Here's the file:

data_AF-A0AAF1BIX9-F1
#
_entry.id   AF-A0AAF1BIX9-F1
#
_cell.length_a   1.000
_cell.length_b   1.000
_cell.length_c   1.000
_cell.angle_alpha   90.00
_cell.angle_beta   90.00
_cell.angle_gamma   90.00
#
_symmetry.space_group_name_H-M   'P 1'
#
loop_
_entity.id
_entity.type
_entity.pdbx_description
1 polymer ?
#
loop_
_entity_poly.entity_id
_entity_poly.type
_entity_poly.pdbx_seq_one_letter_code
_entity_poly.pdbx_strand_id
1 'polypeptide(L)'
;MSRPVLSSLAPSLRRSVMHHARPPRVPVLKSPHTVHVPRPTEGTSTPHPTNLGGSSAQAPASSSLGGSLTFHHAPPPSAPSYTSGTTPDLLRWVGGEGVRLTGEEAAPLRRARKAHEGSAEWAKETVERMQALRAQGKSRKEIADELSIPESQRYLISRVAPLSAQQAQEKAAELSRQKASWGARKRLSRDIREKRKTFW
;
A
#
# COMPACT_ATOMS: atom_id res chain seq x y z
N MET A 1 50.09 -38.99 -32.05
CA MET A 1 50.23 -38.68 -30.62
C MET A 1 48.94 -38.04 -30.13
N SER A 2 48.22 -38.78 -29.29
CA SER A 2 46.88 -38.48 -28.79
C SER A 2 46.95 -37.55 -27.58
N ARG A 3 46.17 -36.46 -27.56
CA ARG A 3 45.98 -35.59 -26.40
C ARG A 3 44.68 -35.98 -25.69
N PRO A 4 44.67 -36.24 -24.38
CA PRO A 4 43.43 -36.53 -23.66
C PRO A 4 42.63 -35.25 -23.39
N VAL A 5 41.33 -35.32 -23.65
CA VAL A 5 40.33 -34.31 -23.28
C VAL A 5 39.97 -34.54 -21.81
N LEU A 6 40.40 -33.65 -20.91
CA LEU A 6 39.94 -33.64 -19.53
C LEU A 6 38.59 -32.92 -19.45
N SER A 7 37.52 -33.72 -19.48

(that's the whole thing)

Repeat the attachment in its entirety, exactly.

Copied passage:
data_AF-A0AAF1BIX9-F1
#
_entry.id   AF-A0AAF1BIX9-F1
#
_cell.length_a   1.000
_cell.length_b   1.000
_cell.length_c   1.000
_cell.angle_alpha   90.00
_cell.angle_beta   90.00
_cell.angle_gamma   90.00
#
_symmetry.space_group_name_H-M   'P 1'
#
loop_
_entity.id
_entity.type
_entity.pdbx_description
1 polymer ?
#
loop_
_entity_poly.entity_id
_entity_poly.type
_entity_poly.pdbx_seq_one_letter_code
_entity_poly.pdbx_strand_id
1 'polypeptide(L)'
;MSRPVLSSLAPSLRRSVMHHARPPRVPVLKSPHTVHVPRPTEGTSTPHPTNLGGSSAQAPASSSLGGSLTFHHAPPPSAPSYTSGTTPDLLRWVGGEGVRLTGEEAAPLRRARKAHEGSAEWAKETVERMQALRAQGKSRKEIADELSIPESQRYLISRVAPLSAQQAQEKAAELSRQKASWGARKRLSRDIREKRKTFW
;
A
#
# COMPACT_ATOMS: atom_id res chain seq x y z
N MET A 1 50.09 -38.99 -32.05
CA MET A 1 50.23 -38.68 -30.62
C MET A 1 48.94 -38.04 -30.13
N SER A 2 48.22 -38.78 -29.29
CA SER A 2 46.88 -38.48 -28.79
C SER A 2 46.95 -37.55 -27.58
N ARG A 3 46.17 -36.46 -27.56
CA ARG A 3 45.98 -35.59 -26.40
C ARG A 3 44.68 -35.98 -25.69
N PRO A 4 44.67 -36.24 -24.38
CA PRO A 4 43.43 -36.53 -23.66
C PRO A 4 42.63 -35.25 -23.39
N VAL A 5 41.33 -35.32 -23.65
CA VAL A 5 40.33 -34.31 -23.28
C VAL A 5 39.97 -34.54 -21.81
N LEU A 6 40.40 -33.65 -20.91
CA LEU A 6 39.94 -33.64 -19.53
C LEU A 6 38.59 -32.92 -19.45
N SER A 7 37.52 -33.72 -19.48